Author Lindsay Hatton no longer lives in Monterey, but her hometown inspired her new book. In her debut novel, Monterey Bay, she re-imagines the founding and the founder of the Monterey Bay Aquarium.
Editing history, she creates Margot Fiske, who, as a teenager, ends up working in Ed Ricketts Lab on Cannery Row alongside Ricketts and John Steinbeck.
Rick Kleffel (RK): Lindsay, this book is set in Steinbeck's Cannery Row, Steinbeck and Ed Ricketts are both characters, that is a bridge quite far for a first writer to cross, what made you want to cross that bridge?
Lindsay Hatton (LH): Oh, I love bridges. I think any writing about the Monterey Bay Area has to include those guys in some way. They started out as being very minor parts of the novel, and the more I started writing about them, the more fascinating they became.
RK: You also found some really interesting women characters in the background of Monterey. Talk about the women characters who fed into creating Margot Fiske.
LH: Absolutely. There are a lot of wonderful historical figures that influenced who Margot became. One of those is Julia Platt, she was the mayor of Pacific Grove in 1931, and was just unstoppable when it came to her personal vision of how the Bay should be. Through some legislation, she devised what would later be known as the Monterey Bay Marine Sanctuary. She was also a strong advocate for public beaches; when they tried to make the beach around Lover's Point a private beach, she did everything in her power to stop that. It was a very Margot-like character in my mind.
And also I had Carol Steinbeck, John Steinbeck's first wife. Like Margot, she was an artist, who specialized in kind of bizarre nude portraits, and was Steinbeck's most important reader and editor, and a very extra-ordinarily strong-willed woman. Steinbeck once said of her, actually in the dedication to The Grapes of Wrath, is "To Carol, who willed this book into existence." She was a tough cookie, a great intellect in her own right, and again, very much like Margot in terms of her demeanor and expectations for her work and herself.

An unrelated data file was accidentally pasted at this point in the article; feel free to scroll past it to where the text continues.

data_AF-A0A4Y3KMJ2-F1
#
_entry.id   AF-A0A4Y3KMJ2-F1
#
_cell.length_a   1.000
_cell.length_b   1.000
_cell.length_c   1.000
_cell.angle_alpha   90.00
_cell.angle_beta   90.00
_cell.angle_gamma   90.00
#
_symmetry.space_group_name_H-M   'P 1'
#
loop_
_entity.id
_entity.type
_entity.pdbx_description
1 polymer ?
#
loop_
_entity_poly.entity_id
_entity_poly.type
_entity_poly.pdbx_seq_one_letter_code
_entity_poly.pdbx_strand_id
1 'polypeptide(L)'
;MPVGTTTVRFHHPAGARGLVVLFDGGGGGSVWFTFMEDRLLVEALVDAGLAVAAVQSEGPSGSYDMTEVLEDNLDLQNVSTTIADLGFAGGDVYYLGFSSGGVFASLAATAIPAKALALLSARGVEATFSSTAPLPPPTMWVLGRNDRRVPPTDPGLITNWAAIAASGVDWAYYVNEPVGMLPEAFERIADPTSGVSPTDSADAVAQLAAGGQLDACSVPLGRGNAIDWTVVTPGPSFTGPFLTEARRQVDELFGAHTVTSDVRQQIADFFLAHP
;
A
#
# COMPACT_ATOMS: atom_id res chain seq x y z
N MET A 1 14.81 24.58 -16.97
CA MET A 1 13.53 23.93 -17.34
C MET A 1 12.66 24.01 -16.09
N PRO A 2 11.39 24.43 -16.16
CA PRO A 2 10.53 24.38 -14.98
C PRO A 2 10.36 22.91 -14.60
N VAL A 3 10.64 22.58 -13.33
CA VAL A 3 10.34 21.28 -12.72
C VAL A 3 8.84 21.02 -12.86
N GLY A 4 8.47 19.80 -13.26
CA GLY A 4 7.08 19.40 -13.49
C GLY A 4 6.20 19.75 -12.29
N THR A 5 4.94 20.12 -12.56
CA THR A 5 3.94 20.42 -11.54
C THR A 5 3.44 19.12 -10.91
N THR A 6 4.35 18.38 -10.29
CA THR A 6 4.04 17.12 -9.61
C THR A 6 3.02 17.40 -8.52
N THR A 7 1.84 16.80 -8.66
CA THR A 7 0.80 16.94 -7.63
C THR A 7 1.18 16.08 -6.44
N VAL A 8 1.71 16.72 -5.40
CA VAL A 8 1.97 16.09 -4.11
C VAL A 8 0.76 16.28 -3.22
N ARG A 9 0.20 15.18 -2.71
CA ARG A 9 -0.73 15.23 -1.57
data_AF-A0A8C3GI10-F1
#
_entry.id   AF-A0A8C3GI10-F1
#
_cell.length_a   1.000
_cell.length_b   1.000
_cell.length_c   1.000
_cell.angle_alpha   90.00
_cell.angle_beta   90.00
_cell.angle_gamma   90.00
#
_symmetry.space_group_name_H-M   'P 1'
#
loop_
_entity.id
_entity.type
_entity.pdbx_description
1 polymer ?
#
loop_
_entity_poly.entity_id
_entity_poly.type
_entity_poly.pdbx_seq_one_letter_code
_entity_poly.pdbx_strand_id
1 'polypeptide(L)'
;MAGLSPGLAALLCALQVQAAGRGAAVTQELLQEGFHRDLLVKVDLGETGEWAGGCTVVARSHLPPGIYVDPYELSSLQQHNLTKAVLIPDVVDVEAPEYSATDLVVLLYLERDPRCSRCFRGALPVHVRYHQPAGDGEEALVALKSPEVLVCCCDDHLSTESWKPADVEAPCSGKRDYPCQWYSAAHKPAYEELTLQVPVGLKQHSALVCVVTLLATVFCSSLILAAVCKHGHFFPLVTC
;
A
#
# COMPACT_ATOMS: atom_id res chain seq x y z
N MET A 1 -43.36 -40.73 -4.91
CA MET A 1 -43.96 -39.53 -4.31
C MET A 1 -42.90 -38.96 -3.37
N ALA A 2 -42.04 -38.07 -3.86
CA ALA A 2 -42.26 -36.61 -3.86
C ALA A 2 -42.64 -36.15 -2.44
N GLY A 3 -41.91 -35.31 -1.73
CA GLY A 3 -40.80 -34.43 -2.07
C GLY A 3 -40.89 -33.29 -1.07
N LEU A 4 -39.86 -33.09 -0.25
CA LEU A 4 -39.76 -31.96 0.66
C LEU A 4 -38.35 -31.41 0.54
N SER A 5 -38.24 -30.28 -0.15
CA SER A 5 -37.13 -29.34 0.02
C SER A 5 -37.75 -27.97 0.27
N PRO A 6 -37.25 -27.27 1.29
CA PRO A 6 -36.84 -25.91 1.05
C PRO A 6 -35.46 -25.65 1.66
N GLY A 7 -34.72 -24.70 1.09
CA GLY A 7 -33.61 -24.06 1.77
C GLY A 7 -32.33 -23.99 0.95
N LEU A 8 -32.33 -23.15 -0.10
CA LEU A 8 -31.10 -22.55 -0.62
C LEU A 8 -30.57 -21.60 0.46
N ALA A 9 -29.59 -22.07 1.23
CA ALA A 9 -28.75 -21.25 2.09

RK: You worked at the Monterey Bay Aquarium for many summers, when did you work, what age were you and how did that feed into your desire to write a novel about the founding of the Monterey Bay Aquarium?
LH: Umm, I started work there when I was fifteen, as a high school intern and then I liked it so much that during the ensuing summers and a little bit in college, during January, J-term, I came back, to do other sorts of things, anything from entertaining the visitors, to cleaning the tanks to preparing the food. Yeah, being behind those tanks on Cannery Row was so inspiring, and for the longest time I didn't quite know what I wanted to do with that. When I decided to write a novel about it, it seemed like the best possible result.
RK: The landscape of Monterey hovers over this book, it shapes this book, it shaped the Aquarium, but the way you shaped the Aquarium is not the way it was really shaped. That's a big change to make in a historical novel. Why did you decide to go with a bit of alternate history, as it were, for that part of the novel?
LH: It always seemed to me that there was an alternate founding legend. From what I know of Julie Packard, the real-life founder of the Aquarium, she is a kind, reasonable person, which is no fun to write about. So much more fun to write about a loose cannon who founds the Aquarium, inspired by heartbreak and revenge. But, yeah, it's such an inspiratinal place for me, such a beautiful place, in so many ways, such an odd place, and for me it was such a wonderful creative and intellectual challenge to create my own mythology surrounding it.
Lindsay Hatton’s new book is Monterey Bay. Find Rick's long-form interview and a book review at NarrativeSpecies.com.
Friday, August 5th
6:00 PM - 7:00 PM
Carmel Art Association
Dolores between 5th & 6th, Carmel